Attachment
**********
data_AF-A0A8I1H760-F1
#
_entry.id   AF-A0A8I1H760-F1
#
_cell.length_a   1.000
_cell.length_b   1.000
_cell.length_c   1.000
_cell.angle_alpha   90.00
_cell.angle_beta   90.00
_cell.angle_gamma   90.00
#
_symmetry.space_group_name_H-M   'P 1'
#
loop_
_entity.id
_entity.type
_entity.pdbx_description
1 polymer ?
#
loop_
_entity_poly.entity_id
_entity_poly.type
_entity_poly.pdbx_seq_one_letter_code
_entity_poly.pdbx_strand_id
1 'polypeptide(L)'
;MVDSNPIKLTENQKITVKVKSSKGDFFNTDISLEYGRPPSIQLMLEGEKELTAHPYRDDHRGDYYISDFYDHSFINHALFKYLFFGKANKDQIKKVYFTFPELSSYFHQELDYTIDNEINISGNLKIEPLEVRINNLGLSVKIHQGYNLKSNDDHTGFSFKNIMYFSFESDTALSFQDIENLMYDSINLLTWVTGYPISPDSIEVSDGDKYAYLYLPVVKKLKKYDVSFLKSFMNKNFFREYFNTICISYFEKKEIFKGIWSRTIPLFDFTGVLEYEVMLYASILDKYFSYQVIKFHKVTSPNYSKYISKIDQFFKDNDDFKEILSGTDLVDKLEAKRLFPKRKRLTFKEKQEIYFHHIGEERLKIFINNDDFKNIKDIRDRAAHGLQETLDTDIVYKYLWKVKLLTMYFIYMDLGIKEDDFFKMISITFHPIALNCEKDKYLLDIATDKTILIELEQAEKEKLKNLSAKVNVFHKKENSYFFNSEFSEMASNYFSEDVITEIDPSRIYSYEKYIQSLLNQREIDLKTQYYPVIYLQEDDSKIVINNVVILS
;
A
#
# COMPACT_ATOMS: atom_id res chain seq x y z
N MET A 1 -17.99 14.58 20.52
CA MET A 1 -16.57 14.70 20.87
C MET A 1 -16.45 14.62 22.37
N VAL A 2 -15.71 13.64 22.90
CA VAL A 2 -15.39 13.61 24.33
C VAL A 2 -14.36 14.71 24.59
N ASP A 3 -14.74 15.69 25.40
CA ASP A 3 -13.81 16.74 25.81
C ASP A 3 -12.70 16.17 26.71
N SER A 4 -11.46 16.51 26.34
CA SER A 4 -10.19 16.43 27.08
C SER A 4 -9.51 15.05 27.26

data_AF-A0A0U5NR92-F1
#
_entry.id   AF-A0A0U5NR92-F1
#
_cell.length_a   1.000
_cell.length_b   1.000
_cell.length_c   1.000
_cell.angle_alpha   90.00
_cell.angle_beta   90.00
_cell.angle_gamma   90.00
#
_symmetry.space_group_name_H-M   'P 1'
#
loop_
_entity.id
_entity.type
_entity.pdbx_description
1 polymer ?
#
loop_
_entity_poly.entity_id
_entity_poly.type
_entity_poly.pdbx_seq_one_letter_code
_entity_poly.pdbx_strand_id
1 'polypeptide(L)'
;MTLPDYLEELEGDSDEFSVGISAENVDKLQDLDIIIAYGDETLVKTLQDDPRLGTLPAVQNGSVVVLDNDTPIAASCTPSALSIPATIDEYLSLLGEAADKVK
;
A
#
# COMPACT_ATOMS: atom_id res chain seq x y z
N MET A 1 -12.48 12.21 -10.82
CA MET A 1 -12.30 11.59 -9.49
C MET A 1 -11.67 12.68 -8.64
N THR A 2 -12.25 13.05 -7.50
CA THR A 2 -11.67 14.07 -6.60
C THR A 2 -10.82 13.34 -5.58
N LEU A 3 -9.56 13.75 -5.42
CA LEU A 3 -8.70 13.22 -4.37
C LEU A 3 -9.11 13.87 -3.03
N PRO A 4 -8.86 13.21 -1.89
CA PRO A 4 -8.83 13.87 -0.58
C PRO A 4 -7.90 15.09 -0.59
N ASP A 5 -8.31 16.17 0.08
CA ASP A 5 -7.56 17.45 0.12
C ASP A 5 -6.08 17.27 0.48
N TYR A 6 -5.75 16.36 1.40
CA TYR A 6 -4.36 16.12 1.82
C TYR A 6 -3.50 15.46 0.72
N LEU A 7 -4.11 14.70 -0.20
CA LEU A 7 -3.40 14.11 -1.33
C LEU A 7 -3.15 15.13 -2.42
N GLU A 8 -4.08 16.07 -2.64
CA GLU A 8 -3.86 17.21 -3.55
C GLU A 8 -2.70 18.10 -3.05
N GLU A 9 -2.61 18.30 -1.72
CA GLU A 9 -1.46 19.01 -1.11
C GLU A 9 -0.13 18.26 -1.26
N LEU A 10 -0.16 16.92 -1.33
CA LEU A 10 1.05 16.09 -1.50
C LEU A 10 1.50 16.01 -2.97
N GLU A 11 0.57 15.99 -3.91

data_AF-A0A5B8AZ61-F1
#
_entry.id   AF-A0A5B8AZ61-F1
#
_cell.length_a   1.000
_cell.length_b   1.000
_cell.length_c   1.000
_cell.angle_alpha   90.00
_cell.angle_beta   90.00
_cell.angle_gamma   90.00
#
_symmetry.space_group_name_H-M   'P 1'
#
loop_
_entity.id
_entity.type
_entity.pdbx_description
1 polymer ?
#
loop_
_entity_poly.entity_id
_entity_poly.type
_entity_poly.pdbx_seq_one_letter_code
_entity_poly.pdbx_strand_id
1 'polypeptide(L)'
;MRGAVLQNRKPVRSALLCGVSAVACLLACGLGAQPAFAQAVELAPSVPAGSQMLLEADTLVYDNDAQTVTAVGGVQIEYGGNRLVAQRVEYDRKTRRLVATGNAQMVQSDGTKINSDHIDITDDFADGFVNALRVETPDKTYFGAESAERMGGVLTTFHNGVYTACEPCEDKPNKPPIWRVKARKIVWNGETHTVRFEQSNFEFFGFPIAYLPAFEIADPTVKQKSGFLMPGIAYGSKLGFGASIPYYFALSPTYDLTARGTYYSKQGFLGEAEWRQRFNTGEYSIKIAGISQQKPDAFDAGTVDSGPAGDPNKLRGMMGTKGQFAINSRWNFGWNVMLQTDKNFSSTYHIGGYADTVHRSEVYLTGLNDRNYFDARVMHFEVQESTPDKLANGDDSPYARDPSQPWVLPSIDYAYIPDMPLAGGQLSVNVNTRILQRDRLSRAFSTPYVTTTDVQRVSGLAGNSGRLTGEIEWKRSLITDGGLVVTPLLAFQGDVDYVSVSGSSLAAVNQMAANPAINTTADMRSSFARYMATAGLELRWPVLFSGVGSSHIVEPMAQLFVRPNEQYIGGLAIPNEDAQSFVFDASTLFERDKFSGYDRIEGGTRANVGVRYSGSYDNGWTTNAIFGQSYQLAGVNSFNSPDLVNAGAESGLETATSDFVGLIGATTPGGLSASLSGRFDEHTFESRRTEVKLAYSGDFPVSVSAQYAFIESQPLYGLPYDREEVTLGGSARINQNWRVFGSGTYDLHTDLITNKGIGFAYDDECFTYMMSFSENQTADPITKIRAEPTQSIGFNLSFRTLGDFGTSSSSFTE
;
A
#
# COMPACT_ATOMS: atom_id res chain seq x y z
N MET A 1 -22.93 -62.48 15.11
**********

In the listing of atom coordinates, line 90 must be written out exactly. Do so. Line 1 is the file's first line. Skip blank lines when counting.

C TYR A 6 -3.50 15.46 0.72